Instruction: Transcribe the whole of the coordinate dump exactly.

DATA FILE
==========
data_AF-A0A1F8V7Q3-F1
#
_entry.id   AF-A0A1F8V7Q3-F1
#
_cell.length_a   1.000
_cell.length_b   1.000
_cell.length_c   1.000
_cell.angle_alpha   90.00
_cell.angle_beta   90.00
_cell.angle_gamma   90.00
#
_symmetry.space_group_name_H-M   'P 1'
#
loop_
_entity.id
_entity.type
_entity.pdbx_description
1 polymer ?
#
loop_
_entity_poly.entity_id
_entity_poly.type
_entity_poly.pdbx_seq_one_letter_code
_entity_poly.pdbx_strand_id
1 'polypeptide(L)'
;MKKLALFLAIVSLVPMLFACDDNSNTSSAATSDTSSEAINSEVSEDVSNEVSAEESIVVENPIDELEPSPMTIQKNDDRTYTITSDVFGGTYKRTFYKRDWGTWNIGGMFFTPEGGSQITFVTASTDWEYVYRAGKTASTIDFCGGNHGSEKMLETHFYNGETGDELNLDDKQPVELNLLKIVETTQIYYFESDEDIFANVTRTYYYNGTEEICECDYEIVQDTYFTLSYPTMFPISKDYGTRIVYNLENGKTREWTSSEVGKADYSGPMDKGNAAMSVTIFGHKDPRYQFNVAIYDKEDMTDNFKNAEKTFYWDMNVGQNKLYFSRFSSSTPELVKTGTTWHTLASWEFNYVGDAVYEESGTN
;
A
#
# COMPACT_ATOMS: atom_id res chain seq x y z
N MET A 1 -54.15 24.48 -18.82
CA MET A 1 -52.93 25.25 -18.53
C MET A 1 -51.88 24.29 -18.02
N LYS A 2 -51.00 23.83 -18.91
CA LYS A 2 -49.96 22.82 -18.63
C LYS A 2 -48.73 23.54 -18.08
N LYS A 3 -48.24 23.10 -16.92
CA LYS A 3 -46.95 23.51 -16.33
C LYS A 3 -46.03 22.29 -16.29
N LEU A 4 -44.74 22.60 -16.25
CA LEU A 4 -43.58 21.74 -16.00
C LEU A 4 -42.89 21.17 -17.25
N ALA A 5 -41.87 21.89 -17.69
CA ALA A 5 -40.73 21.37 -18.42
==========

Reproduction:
data_AF-A0A1F8V7Q3-F1
#
_entry.id   AF-A0A1F8V7Q3-F1
#
_cell.length_a   1.000
_cell.length_b   1.000
_cell.length_c   1.000
_cell.angle_alpha   90.00
_cell.angle_beta   90.00
_cell.angle_gamma   90.00
#
_symmetry.space_group_name_H-M   'P 1'
#
loop_
_entity.id
_entity.type
_entity.pdbx_description
1 polymer ?
#
loop_
_entity_poly.entity_id
_entity_poly.type
_entity_poly.pdbx_seq_one_letter_code
_entity_poly.pdbx_strand_id
1 'polypeptide(L)'
;MKKLALFLAIVSLVPMLFACDDNSNTSSAATSDTSSEAINSEVSEDVSNEVSAEESIVVENPIDELEPSPMTIQKNDDRTYTITSDVFGGTYKRTFYKRDWGTWNIGGMFFTPEGGSQITFVTASTDWEYVYRAGKTASTIDFCGGNHGSEKMLETHFYNGETGDELNLDDKQPVELNLLKIVETTQIYYFESDEDIFANVTRTYYYNGTEEICECDYEIVQDTYFTLSYPTMFPISKDYGTRIVYNLENGKTREWTSSEVGKADYSGPMDKGNAAMSVTIFGHKDPRYQFNVAIYDKEDMTDNFKNAEKTFYWDMNVGQNKLYFSRFSSSTPELVKTGTTWHTLASWEFNYVGDAVYEESGTN
;
A
#
# COMPACT_ATOMS: atom_id res chain seq x y z
N MET A 1 -54.15 24.48 -18.82
CA MET A 1 -52.93 25.25 -18.53
C MET A 1 -51.88 24.29 -18.02
N LYS A 2 -51.00 23.83 -18.91
CA LYS A 2 -49.96 22.82 -18.63
C LYS A 2 -48.73 23.54 -18.08
N LYS A 3 -48.24 23.10 -16.92
CA LYS A 3 -46.95 23.51 -16.33
C LYS A 3 -46.03 22.29 -16.29
N LEU A 4 -44.74 22.60 -16.25
CA LEU A 4 -43.58 21.74 -16.00
C LEU A 4 -42.89 21.17 -17.25
N ALA A 5 -41.87 21.89 -17.69
CA ALA A 5 -40.73 21.37 -18.42